Given a simple, undirected graph and a vertex $v$ of the graph, let $L_v$ denote the set of automorphisms of the graph that fixes the vertex $v$ and each of its neighbors. When the graph is vertex-transitive, the vertex-neighborhood stabilizer $L_v$ is independent of the choice of $v$.

I noticed that for many vertex-transitive graphs, $L_v$ happens to be either trivial or is isomorphic to the direct product of copies of $C_2$. Thus $L_v$ happens to be isomorphic to $C_2^k$ for some $k \ge 0$. For example, for the modified bubble-sort graph on 24 vertices, $L_v$ is the Klein four-group $C_2 \times C_2$, and for many Cayley graphs generated by transposition sets, $L_v$ is trivial (so $k=0$ in this case) (cf. http://arxiv.org/abs/1205.5199). For the complete transposition graph, $L_v \cong C_2$ (cf. http://arxiv.org/abs/1404.7363). I also considered the Petersen graph, and again $L_v \cong C_2$. Is this a coincidence or is there some result that says that for some families of vertex-transitive graphs or for certain families of Cayley graphs, $L_v \cong C_2^k$ for some $k$? What are some counterexamples - for example, what are some (vertex-transitive) graphs for which $L_v \cong C_3$, say?

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    $\begingroup$ Let $\Gamma$ be a vertex-transitive graph and consider the lexicographic product of $\Gamma$ with an edgeless graph of order $k$. In this case, $L_v$ will contain a copy of $(Sym_k)^n$ where $n$ is the number of vertices in $\Gamma$ at distance at least $2$ from a given vertex. $\endgroup$
    – verret
    Commented Jan 5, 2015 at 8:03

1 Answer 1


Consider the Kneser graph $K(v,k)$, with vertices the $k$-subsets of $V=\{1,\ldots,v\}$, where the $k$-subsets are adjacent if they are disjoint. Let $\alpha=\{1,\ldots,k\}$ and let $G$ be the subgroup of the symmetric group on $V$ that fixes each element of the complement of $\alpha$. So $|G|=k!$ and $G$ is a subgroup of the stablizer of $\alpha$ that fixes each neighbour of $\alpha$ in the Kneser graph.

To get examples as you requested, take $k\ge 3$ (and $v>2k)$.

Cayley graphs are not a good place to look, because the stabilizer of a vertex tends to consist of automorphisms of the underlying group, and any automorphism that fixes each element in a connection set is the identity.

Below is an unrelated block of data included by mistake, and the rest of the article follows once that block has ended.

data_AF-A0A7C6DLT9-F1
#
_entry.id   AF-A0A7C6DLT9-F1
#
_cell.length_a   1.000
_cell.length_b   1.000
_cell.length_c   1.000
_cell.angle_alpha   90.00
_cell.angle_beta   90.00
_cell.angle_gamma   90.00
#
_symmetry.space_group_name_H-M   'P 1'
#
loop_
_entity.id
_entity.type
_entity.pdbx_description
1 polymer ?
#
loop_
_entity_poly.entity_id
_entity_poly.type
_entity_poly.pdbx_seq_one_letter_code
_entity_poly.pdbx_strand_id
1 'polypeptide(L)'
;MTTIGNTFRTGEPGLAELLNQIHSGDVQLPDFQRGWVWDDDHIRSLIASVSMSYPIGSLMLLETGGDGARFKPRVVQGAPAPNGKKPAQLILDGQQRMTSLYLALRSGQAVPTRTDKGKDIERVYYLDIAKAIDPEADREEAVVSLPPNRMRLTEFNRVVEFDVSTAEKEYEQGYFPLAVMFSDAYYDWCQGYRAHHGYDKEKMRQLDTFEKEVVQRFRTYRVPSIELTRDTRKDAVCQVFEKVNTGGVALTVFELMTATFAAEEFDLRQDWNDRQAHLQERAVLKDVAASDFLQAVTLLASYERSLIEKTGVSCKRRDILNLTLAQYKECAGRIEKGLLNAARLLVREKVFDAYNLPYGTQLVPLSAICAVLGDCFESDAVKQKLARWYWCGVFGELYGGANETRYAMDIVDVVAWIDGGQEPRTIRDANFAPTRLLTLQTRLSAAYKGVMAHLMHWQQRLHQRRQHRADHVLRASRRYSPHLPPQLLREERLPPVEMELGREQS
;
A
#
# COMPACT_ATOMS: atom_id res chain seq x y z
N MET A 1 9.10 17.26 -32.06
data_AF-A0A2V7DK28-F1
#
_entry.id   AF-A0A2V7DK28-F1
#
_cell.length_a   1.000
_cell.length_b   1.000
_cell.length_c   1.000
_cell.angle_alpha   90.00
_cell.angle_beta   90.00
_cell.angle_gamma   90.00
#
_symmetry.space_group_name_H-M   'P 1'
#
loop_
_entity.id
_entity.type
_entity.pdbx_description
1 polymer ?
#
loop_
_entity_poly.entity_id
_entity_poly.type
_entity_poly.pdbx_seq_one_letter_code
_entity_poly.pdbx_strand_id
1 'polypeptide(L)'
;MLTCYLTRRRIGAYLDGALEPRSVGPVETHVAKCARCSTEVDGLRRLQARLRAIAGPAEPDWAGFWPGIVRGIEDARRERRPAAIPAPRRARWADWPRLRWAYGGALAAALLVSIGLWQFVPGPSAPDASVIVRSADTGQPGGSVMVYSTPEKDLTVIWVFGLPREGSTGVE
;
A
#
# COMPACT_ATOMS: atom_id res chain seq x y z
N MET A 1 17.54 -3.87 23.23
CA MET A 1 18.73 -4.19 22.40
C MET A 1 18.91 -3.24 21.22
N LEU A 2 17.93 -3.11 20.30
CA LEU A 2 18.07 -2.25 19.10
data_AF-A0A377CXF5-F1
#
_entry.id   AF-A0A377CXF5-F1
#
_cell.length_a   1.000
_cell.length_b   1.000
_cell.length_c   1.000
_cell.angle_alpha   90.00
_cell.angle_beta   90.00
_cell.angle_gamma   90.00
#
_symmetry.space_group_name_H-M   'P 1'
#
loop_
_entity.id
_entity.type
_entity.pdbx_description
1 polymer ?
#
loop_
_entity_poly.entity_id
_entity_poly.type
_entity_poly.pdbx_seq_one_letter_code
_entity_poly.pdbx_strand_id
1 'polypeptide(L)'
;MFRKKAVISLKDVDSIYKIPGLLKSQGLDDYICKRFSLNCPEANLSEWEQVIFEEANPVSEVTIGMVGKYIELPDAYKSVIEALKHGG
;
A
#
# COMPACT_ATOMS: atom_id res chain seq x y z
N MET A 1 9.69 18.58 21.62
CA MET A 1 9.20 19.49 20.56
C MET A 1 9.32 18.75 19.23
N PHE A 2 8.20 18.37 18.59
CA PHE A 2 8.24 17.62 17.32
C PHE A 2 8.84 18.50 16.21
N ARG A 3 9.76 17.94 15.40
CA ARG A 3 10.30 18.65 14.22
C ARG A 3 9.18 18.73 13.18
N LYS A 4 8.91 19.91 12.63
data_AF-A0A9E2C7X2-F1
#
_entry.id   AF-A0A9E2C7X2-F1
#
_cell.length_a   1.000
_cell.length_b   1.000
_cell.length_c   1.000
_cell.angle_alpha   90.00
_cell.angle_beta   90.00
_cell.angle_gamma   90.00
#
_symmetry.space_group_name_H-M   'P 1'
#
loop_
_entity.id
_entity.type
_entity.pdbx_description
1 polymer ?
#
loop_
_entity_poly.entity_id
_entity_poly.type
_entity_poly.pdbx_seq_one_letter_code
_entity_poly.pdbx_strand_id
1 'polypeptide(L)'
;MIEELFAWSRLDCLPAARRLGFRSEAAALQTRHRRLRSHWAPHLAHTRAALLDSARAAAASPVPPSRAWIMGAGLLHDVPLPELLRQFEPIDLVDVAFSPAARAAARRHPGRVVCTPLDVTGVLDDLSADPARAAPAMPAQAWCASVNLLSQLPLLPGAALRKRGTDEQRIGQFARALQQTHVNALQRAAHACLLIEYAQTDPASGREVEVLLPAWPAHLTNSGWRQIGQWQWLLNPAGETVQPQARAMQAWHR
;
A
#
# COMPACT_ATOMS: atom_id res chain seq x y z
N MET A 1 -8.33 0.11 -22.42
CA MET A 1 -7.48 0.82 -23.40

• $\begingroup$ The Kneser graphs $K(v,k)$ work; $k=3$ also works. Regarding Cayley graphs, it is possible that an automorphism that fixes each element in the connection set is nontrivial, as in the examples mentioned above. This happens if the Cayley graph is not normal, and I was wondering if there are examples of such cases where $L_v$ (when it is nontrivial) is not isomorphic to $C_2$. $\endgroup$ Commented Jan 5, 2015 at 14:28
  • $\begingroup$ The $k>3$ was a typo, which I've fixed. Thanks. $\endgroup$ Commented Jan 5, 2015 at 17:59
  • $\begingroup$ @Ashwin, You are correct that Chris was referring to "normal" Cayley graphs with the comment at the end of his answer. While it is likely that, in some sense, "most" Cayley graphs are normal (which is why he said "tends to"), there are still plenty of Cayley examples to your question. In fact, if I remember correctly, for any starting vertex-transitive graph $\Gamma$, there are infinitely many values of $k$ for which the construction in my previous comment will yield a Cayely graph. $\endgroup$
    – verret
    Commented Jan 6, 2015 at 1:09
  • $\begingroup$ @verret: If $X$ is a vertex-transitive graph and the stabilizer of a vertex has order $m$, then the lexicographic product of the empty graph on $m$ vertices by $X$ is Cayley. So your construction is Cayley whenever $m$ divides $k$. $\endgroup$ Commented Jan 6, 2015 at 1:23
  • $\begingroup$ Thanks Chris. By the way, Ashwin, since you asked for it, here is a specific example with L_v of order 3. It is a 4-valent 2-arc-transitive graph of order 32. The vertex-stabiliser has order 72: jan.ucc.nau.edu/swilson/C4Site/N032/N032i005/Forms.html $\endgroup$
    – verret
    Commented Jan 6, 2015 at 1:26

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